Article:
Let’s Get Real: Navigating a World of Meaningless Expressions

We loved this look into modern language by Dan Pallotta from his recent Harvard Business Review blog post, “I don’t understand what anyone is saying anymore.”

Another term that has lost its meaning is “Let’s exceed the customer’s expectations.” Employees who hear it just leave the pep rally, inhabit some kind of temporary dazed intensity, and then go back to doing things exactly the way they did before the speech. Customers almost universally never experience their expectations being met, much less exceeded. How can you exceed the customer’s expectations if you have no idea what those expectations are? I was at a Hilton a few weeks ago. They had taken this absurdity to its logical end. There was a huge sign in the lobby that said, “Our goal is to exceed the customer’s expectation.” The best way to start would be to take down that bullshit sign that just reminds me, as a customer, how cosmic the gap is between what businesses say and what they do. My expectation is not to have signs around that tell me you want to exceed my expectations.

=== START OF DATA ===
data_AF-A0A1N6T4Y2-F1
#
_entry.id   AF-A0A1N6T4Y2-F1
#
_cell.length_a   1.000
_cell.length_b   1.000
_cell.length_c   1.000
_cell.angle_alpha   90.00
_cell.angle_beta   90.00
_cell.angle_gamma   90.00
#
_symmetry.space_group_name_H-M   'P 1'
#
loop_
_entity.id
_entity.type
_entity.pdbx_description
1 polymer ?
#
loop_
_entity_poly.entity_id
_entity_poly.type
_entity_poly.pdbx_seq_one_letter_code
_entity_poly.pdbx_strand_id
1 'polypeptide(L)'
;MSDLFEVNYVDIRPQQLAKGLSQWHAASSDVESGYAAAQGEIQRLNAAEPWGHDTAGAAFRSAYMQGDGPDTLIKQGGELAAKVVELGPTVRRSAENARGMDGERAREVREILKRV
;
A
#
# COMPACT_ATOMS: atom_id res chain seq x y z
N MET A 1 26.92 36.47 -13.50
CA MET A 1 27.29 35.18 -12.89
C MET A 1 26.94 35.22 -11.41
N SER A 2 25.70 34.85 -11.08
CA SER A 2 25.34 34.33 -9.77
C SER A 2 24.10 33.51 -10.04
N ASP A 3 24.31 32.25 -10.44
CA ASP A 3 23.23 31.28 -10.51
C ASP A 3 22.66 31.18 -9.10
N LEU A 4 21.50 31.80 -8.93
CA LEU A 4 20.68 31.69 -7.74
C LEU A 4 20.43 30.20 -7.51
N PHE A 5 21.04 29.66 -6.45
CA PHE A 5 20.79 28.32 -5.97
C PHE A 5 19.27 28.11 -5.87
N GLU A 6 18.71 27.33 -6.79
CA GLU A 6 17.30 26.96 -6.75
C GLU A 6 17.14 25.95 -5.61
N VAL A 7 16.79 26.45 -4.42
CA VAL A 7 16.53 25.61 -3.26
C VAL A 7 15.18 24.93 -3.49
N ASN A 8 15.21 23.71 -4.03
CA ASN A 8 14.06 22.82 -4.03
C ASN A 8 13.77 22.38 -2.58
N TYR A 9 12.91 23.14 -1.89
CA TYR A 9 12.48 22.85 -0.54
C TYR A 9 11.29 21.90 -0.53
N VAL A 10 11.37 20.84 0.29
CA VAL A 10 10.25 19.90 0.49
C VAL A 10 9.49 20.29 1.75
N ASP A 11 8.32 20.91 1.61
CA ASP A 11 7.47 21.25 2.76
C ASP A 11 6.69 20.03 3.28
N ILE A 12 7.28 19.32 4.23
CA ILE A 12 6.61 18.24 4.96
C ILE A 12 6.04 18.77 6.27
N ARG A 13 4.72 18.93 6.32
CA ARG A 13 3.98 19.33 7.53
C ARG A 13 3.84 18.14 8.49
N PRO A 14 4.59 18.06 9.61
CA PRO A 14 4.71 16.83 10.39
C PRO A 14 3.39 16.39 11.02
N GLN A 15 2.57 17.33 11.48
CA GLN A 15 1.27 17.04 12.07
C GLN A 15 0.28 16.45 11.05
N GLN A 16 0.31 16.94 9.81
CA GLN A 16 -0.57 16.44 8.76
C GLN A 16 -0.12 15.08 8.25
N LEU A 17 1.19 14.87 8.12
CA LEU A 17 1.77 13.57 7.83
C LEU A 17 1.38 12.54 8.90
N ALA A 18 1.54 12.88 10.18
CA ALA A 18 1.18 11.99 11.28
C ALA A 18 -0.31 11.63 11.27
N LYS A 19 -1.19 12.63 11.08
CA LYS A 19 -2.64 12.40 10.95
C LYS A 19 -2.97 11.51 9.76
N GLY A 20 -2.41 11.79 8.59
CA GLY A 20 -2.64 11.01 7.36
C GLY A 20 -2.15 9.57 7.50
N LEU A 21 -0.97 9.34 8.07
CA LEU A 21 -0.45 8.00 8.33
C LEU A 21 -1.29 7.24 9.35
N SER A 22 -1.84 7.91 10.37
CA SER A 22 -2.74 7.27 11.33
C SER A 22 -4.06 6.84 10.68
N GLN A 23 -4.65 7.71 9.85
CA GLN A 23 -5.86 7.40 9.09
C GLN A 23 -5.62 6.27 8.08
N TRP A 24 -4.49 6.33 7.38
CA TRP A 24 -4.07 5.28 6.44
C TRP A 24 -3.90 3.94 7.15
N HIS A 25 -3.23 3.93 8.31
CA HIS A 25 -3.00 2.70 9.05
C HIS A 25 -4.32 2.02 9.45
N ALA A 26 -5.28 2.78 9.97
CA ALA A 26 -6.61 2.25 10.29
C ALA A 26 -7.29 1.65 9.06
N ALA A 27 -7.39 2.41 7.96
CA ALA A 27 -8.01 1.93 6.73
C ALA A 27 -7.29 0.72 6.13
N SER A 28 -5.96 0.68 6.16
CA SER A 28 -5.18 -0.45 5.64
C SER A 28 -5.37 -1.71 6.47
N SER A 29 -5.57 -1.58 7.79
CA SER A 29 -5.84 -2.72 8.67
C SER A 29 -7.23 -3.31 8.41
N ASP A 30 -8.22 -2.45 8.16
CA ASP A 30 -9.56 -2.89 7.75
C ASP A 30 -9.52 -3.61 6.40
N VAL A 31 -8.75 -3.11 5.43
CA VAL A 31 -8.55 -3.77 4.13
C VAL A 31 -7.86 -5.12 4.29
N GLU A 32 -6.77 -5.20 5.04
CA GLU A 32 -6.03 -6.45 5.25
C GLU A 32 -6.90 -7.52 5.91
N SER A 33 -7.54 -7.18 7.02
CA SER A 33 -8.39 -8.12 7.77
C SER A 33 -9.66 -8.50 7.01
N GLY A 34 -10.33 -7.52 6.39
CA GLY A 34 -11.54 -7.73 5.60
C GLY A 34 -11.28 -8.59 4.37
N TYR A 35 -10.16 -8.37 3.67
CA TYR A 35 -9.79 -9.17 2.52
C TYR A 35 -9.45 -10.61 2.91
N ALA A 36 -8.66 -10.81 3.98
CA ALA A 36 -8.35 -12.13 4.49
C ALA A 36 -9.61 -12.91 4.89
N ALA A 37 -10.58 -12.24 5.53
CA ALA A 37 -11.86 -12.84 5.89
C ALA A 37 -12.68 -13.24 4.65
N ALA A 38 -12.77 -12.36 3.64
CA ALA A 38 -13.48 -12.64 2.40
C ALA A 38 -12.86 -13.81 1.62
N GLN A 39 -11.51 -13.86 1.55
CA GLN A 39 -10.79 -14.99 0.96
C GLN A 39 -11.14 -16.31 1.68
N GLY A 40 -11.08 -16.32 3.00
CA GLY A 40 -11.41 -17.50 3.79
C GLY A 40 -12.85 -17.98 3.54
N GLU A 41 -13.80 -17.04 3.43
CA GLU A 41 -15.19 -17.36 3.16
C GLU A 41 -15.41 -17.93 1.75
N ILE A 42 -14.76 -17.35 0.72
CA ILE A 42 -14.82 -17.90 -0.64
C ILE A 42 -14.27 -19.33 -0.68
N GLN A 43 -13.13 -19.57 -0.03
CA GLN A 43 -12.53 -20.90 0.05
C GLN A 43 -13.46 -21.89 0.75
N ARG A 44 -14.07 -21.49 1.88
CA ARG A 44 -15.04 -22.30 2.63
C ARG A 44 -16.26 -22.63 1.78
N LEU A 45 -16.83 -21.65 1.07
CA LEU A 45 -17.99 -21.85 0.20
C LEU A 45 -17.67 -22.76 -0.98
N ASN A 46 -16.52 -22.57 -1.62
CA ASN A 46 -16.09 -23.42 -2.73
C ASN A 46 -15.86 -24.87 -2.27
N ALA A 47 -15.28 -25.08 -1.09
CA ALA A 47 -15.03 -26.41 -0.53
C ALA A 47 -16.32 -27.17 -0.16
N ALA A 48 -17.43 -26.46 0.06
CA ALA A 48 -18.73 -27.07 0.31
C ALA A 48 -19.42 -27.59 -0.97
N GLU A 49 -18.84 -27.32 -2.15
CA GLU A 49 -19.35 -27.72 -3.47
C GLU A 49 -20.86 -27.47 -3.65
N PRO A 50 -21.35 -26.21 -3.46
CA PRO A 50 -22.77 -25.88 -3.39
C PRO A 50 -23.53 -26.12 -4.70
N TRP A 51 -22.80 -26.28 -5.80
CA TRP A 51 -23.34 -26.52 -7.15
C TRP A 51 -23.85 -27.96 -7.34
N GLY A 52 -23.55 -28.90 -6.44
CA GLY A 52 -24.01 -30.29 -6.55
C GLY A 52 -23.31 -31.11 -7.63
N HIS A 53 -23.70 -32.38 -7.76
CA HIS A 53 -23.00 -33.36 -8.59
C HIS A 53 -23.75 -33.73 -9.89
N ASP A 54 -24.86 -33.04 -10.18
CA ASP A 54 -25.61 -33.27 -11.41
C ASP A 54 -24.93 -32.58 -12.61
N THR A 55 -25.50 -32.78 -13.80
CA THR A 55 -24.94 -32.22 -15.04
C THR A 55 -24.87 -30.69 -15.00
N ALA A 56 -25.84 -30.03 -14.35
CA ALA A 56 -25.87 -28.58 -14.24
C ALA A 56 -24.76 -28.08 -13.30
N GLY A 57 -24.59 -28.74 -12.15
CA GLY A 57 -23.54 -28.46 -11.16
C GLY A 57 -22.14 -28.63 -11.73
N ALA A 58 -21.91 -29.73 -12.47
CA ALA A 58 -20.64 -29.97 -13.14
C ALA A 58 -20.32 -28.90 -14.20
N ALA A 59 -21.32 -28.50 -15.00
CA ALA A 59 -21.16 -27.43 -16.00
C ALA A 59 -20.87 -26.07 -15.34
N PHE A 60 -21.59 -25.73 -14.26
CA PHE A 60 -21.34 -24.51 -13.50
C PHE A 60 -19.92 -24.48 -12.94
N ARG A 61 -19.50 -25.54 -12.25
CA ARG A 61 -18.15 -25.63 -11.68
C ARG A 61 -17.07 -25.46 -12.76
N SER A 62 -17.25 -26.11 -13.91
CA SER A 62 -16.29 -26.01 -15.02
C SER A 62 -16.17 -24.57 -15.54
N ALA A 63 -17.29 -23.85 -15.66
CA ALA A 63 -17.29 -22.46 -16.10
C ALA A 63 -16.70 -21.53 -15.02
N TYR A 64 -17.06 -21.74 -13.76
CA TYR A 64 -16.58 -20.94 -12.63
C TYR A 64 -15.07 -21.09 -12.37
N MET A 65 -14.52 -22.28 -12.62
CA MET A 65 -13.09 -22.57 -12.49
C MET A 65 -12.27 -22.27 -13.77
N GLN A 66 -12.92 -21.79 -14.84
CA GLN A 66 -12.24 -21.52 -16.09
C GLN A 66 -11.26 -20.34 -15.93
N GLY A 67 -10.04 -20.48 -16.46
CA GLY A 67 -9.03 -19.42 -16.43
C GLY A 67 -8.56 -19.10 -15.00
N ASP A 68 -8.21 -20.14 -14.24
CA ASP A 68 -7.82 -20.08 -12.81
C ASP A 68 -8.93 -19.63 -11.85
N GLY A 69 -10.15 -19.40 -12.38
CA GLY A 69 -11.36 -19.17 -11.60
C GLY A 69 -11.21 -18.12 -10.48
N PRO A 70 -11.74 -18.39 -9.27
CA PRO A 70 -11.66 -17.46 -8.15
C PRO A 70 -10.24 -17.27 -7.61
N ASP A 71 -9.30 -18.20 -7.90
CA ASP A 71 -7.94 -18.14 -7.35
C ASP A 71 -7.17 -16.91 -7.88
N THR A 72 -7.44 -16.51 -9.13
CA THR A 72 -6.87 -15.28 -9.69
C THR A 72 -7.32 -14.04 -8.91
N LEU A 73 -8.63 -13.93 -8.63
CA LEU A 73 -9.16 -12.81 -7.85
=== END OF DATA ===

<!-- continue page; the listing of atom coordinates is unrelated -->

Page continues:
When trying to connect to people meaningfully, brands need to abandon jargon, acronyms, empty blah-blah and meaningless expressions.

It reminds us of one of our tenets, “Intelligently oppose the expected.”

So much of brand language is totally expected–and either falls on deaf ears or leaves people baffled.

The “intelligent” opposition to this is to speak plainly saying exactly what you mean.

And if you don’t, expect people like Dan Pallotta to turn to you and say, “I don’t have any idea what you just said to me.”

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